One of the mysteries of the English language finally explained.
A grass with purplish florets, occurring in temperate woodland.
Genus Melica, family Gramineae: many species
- ‘Locally rare plants found here are wood cranes-bill, wood meadow grass, large bittercress and wood melick, with globeflower abundant on the islands on the River Carron.’
- ‘Look for ancient woodland indicators including wild garlic, yellow archangel and wood melick, and away from the woodland you may well spot marsh and pyramidal orchids.’
- ‘The male fern and broad buckler fern are also common, with occasional tussocks of wood melick.’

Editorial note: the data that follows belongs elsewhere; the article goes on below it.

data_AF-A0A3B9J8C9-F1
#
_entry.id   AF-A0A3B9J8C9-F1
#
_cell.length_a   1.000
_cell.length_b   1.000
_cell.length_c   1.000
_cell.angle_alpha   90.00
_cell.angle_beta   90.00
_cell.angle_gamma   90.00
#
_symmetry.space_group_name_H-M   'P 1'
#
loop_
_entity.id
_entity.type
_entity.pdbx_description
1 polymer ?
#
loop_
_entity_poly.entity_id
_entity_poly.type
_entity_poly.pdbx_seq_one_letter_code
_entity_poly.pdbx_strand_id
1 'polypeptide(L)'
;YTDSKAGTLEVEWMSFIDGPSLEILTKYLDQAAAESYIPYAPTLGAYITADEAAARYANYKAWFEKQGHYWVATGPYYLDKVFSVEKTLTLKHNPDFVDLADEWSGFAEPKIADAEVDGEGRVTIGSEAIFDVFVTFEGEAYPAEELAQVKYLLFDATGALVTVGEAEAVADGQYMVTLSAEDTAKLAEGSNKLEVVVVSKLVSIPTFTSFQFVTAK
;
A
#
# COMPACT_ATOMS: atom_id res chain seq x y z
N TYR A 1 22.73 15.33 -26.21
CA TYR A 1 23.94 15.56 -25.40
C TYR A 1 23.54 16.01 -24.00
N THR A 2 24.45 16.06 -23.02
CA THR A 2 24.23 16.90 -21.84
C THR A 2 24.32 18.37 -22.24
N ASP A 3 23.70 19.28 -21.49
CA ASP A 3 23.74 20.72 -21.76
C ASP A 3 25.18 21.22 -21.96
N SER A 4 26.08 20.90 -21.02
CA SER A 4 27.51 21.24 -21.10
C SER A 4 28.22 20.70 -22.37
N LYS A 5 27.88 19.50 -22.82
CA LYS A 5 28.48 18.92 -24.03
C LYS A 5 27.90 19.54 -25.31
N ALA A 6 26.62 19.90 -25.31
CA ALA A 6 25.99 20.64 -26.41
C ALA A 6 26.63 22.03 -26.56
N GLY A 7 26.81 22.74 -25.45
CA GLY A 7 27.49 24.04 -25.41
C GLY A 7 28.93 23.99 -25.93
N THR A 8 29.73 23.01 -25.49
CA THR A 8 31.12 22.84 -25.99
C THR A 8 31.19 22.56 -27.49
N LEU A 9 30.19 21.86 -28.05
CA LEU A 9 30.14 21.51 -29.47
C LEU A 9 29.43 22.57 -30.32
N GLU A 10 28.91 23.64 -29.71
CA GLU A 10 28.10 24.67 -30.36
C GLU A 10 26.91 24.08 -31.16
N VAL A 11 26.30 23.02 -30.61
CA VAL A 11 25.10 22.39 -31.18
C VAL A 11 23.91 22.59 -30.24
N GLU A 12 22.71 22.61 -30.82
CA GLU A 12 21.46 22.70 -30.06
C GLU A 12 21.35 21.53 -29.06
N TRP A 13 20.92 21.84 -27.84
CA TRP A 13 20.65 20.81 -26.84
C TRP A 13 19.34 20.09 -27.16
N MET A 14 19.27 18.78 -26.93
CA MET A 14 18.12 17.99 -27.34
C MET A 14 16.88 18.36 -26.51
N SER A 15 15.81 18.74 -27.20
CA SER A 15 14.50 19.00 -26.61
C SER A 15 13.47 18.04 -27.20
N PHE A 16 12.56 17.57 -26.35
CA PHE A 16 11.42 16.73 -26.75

- ‘There are many plant species typical of those found in ancient woodlands, such as yellow archangel, wood anemone and wood melick.’
- ‘The ground flora is dominated by dog's mercury, with sanicle, woodruff, wood melick and wild garlic.’
Late 18th century: from modern Latin melica, perhaps from Italian melica ‘sorghum’.
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